Architecture professor Joan Jonas, pioneering performance and video artist, picked up a portapak camera in the 1970s and hasn't looked back. A sculptor by training, over the past three decades she has forged a unique artistic genre, mixing humans, animals, ancient stories and high-tech imagery into widely acclaimed multimedia productions.
"The camera became my pencil," she says. "My performances are rituals, and I use technology, everything from a mirror to computers, to develop them."
Jonas will give an Artist Talk at 7 p.m. on Tuesday, Dec. 4, in Bartos Theater.
Jonas has won numerous awards and her video work has been collected by prestigious museums including the Museum of Modern Art, the Whitney Museum and the Centre Pompidou in Paris. The Museum of Contemporary Art in Barcelona features an exhibition of her work through January.
Jonas is modest about this global reach and about the deep complexity of her work. In a recent interview in her office at MIT, she delighted most in discussing the design-and-build, hands-on part of her work--the way she makes hats.
Jonas designs and constructs elaborate, abstract hats for her performances, following an intuitive process that results in headdresses that function as hair-coverings and as disguises.
"I use Japanese rice paper--it crunches and makes a good sound. To make the hats, I twist it and mash it into layers. I get the right shape. Sometimes I attach the paper to a straw-hat frame, so I can add rope or wire, so it can stand up," she says, her hands forming a hat in the air as she speaks.
Some look like wacky chef's hats; others, like shaman's gear. Rituals like the Tibetan Black Hat Ceremony and the Hopi Snake Dance inspired her to build headdresses for her performances, she says.
"A hat transforms you. It's like a mask, but more subtle. I often use masks--my alter ego, Organic Honey, wore a mask--to alter my persona. Now, I also wear hats to cover my hair, so I am not myself in performances," she says.
"Organic Honey's Visual Telepathy" (1972), featuring a plastic mask and a feathered headdress, is one of 10 works, which include more complex installations and single channel videos, in the Barcelona exhibition.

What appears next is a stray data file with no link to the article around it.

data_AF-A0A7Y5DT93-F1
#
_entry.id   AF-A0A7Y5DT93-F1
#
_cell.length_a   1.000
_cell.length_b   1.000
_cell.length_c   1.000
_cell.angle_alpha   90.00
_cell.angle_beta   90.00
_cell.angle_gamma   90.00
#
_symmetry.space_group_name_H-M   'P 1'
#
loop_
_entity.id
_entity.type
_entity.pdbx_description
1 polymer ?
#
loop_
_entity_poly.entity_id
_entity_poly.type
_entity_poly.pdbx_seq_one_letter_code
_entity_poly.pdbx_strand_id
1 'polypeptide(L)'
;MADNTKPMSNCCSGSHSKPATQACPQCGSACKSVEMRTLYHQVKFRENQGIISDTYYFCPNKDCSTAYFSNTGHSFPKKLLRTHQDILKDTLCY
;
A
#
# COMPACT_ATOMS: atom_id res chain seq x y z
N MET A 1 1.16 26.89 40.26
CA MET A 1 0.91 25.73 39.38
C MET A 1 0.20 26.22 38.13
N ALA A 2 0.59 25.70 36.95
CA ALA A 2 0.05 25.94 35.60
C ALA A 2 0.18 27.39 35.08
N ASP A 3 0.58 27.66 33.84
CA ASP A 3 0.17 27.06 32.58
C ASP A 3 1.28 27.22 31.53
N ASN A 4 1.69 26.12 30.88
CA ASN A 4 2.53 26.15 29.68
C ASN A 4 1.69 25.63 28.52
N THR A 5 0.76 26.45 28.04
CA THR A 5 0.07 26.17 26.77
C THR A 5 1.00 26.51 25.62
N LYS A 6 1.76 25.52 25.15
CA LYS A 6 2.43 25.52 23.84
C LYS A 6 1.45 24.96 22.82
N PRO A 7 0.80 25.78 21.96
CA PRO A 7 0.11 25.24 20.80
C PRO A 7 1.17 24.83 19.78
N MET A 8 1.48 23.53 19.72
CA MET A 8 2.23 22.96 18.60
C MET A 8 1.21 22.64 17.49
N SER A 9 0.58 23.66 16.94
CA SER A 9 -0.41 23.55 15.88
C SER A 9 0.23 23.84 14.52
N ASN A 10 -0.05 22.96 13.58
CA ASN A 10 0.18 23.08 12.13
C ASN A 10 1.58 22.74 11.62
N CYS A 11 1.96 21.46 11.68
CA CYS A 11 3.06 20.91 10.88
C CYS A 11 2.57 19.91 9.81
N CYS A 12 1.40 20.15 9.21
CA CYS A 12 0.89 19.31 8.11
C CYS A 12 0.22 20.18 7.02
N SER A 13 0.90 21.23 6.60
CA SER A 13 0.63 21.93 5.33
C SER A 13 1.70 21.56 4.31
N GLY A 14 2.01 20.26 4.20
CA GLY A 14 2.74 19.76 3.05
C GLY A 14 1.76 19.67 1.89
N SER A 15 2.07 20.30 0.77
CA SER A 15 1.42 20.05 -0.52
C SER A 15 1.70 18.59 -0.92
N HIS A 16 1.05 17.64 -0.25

Others include "Songdelay" (1973), filmed in a vacant lot; "Volcano Saga" (1989), with actress Tilda Swinton as a 12th-century Icelandic woman seeking interpretation of four dreams; and "The Shape, the Scent, the Feel of Things" (2004-2007), a representation of the nonlinear thoughts of art historian Aby Warburg, then confined to a sanitarium.
A Hopi snake dance inspired the head-nurse hat that appears in "The Shape, the Feel, the Scent of Things," she says.
A Pippi-Longstocking-meets-Medusa affair, it is a layered tower of pale rice paper with braids of rope sticking out at odd upward angles. Amazingly, the snake hat, along with its ragged-layered robe costume, seamlessly suits the video work's mental hospital setting.
So do other elements that Jonas often uses in "Shape," though none would seem logically to suit the scene at all. These include a stuffed coyote on a low cart (she has cast each of her dogs, Sappho and Zina, in various works); a metal hoop that recurs throughout her work; images of nature, such as moths; and acts of drawing or painting white circles or snakes or animal heads on the ground.
These simple, vigorous drawings, inspired by Maya Deren's films of Haitian voodoo rituals, suggest a ceremony is underway, Jonas acknowledges.
And it is reasonable to see these mysterious acts and objects as symbols. But the artist has something more free-form in mind, she says.
"I never use the word 'symbol.' I use 'motifs' so the audience has the freedom to read into the images. I use and reuse props, things I find around me, like the hoop or blocks of wood or a freighter passing by that gets caught by a camera. They don't refer to any fixed thing outside the piece," she says.
Her recent and current works include these motifs, and she uses them plus new editing technology to keep probing the genre she practically invented.
Since the late 1970s, her work has delved into literature, ranging from ancient Icelandic sagas to Irish tales to an upcoming work exploring and representing Dante's "Inferno."
"It's a majestic work, very concentrated, and very interesting to do in the present time," she says.
The Dante piece will take more than six months to produce. Jonas is already gathering images, circling back through earlier projects, like a knitter looking for a lost stitch.
"I've got an image from the 1970s of steam rising from the street in New York. It's very inferno-like," she says.
As for the costumes and hats--of course there will be costumes and hats! Maybe a robe like the black rice paper winged one Ragani Hass wore in "Shape"? Or a mask-hat with wolf ears, like the one in "Shape"?
Jonas laughs. "Art is spiritual because it gives people pleasure. Hats, costumes, images, space--they're all part of an ongoing experiment."
Her work is featured in Video Trajectories: Selections from the Pamela and Richard Kramlich Collection and the New Art Trust - on view at the List Visual Arts Center through December 30.
A version of this article appeared in MIT Tech Talk on December 5, 2007 (download PDF).